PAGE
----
There are seemingly endless ways a company can find itself dealing with legal issues and more particularly in a situation where litigation is involved. Here are some of the most common ways it is likely to occur.
Claims made by employees
Employees are a big source of potential litigation. You should have an employee handbook that sets forth policies on issues central to the employer-employee relationship, such as confidentiality, discrimination and harassment, overtime rules, employee absences, sick leave, vacation time, and other employer rights and employee benefits. This is especially true if you have 15 or more employees, because certain specific federal laws apply to such businesses.
Policies should be simple and clear, and all managers/supervisors should be intimately familiar with them. Moreover, these policies must be applied consistently. While it will not totally eliminate them, operating your business so that your employees abide by and adhere to provisions of the handbook will greatly reduce the likelihood of employee-initiated lawsuits.
Buying inventory and selling products
Terms and conditions of buying and selling should be an area of focus. Your purchase and sales order forms should be reviewed and revised by an attorney periodically to ensure that the terms and conditions give you critical advantages if a dispute arises with a customer or supplier. At a minimum, the terms and conditions that you want to review include terms on payment, risk of loss and warranties. Without certain essential terms, if a dispute arises, an attorney will only be able to work with the documents available at the time of the transaction.
In addition, requiring that the other side litigate all disputes in your jurisdiction (a “choice of forum” provision) will likely reduce lawsuits against your company. At the very least, such provisions will limit the amount of money you expend on a lawsuit. Additionally, a provision to have the case tried only before a Judge (instead of a jury) or an arbitration provision may also limit the time and money typically necessary for litigation.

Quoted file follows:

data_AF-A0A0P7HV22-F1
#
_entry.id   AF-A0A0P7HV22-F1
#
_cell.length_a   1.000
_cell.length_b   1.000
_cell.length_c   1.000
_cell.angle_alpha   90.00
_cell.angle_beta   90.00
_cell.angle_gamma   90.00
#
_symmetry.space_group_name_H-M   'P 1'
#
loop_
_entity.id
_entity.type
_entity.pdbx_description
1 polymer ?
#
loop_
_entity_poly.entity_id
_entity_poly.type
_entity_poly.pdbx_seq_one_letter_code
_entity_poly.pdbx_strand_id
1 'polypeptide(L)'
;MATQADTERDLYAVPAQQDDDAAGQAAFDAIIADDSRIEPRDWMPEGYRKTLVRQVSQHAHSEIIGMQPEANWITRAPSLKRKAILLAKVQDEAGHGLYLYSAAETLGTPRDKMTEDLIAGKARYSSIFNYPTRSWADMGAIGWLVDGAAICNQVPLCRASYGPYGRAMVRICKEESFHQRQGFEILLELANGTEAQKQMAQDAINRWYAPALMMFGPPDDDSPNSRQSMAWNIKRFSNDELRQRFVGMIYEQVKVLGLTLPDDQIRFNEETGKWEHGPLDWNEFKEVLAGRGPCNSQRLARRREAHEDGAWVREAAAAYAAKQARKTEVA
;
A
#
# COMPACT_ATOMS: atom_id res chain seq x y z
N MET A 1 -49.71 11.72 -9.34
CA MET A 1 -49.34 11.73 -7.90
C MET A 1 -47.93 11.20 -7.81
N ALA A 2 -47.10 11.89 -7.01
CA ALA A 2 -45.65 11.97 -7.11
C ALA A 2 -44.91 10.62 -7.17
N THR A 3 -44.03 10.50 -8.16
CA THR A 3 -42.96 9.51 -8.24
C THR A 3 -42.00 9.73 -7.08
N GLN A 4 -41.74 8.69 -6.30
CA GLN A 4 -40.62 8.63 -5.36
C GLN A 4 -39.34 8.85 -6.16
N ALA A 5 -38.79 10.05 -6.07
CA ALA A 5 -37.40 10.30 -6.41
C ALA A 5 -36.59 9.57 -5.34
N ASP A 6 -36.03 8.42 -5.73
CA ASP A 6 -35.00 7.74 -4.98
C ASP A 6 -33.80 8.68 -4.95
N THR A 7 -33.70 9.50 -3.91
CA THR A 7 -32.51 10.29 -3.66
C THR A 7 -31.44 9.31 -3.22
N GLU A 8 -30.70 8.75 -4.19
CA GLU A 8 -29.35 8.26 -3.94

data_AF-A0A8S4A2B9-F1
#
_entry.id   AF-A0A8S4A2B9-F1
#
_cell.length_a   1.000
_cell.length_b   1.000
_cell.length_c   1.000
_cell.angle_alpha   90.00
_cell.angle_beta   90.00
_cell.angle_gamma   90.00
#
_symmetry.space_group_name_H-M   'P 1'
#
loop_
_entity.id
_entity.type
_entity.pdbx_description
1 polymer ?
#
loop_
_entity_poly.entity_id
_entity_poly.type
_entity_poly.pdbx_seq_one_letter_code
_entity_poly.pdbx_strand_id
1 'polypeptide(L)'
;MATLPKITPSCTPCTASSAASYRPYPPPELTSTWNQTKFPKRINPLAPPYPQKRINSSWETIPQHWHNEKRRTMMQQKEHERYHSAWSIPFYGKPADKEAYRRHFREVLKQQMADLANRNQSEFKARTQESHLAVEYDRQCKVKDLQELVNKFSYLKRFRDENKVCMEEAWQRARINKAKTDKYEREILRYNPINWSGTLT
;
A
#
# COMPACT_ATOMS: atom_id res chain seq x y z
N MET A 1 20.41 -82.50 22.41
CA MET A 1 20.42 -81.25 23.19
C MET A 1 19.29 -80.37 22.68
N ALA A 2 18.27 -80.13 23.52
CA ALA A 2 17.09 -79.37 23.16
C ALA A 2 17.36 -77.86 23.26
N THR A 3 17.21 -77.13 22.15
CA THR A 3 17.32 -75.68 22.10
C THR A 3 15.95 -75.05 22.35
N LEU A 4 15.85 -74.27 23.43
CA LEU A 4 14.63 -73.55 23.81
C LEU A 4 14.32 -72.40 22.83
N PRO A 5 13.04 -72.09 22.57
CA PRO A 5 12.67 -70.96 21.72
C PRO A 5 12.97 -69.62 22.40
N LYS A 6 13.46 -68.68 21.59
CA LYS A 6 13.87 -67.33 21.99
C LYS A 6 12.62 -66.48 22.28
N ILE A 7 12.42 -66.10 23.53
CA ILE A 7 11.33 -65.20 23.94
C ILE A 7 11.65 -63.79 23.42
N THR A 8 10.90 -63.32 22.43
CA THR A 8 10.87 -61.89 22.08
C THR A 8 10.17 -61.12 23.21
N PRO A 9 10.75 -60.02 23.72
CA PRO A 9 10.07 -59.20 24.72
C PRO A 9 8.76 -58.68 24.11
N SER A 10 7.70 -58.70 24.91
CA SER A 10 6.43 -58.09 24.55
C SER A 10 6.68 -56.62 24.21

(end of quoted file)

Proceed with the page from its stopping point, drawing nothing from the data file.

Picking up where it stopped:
Finally, if you have to pursue amounts owed to you, make sure that your forms allow you to recover your costs of collection, including, but not limited to, attorneys’ fees.
Intellectual property protection and use
Pay close attention to protecting intellectual property. You do not get the right to do business under a particular name just by incorporating or filing a name registration in your state. The only way to properly select and protect a name is through a trademark search and registration with the U.S. Patent and Trademark Office.
Your company’s name is not likely its only valuable intellectual property. Patents protect those who invent or discover new processes, machines, manufacturing methods, or any new or useful improvement thereof. Trademarks protect words, names, symbols, sounds and even colors that distinguish goods and services from those manufactured or sold by others. Copyrights protect original works of authorship. Patents and trademarks are registered with the U.S. Patent and Trademark Office. Consider the intellectual property your business uses and seek to register it as early as possible to avoid problems.
Prevention is better than cure
It’s a very old adage, but it applies as equally to legal matters as it does to medicine. If you prefer a sports metaphor instead, “the best defense is a good offense.” Bruce Lee referred to this as “the art of fighting without fighting”.
You must plan now to reduce disputes later. Disputes can take all shapes and sizes. If you involve an attorney early for proper planning and documentation for all aspects of your business, it will help you focus on what you do best – making money through your business.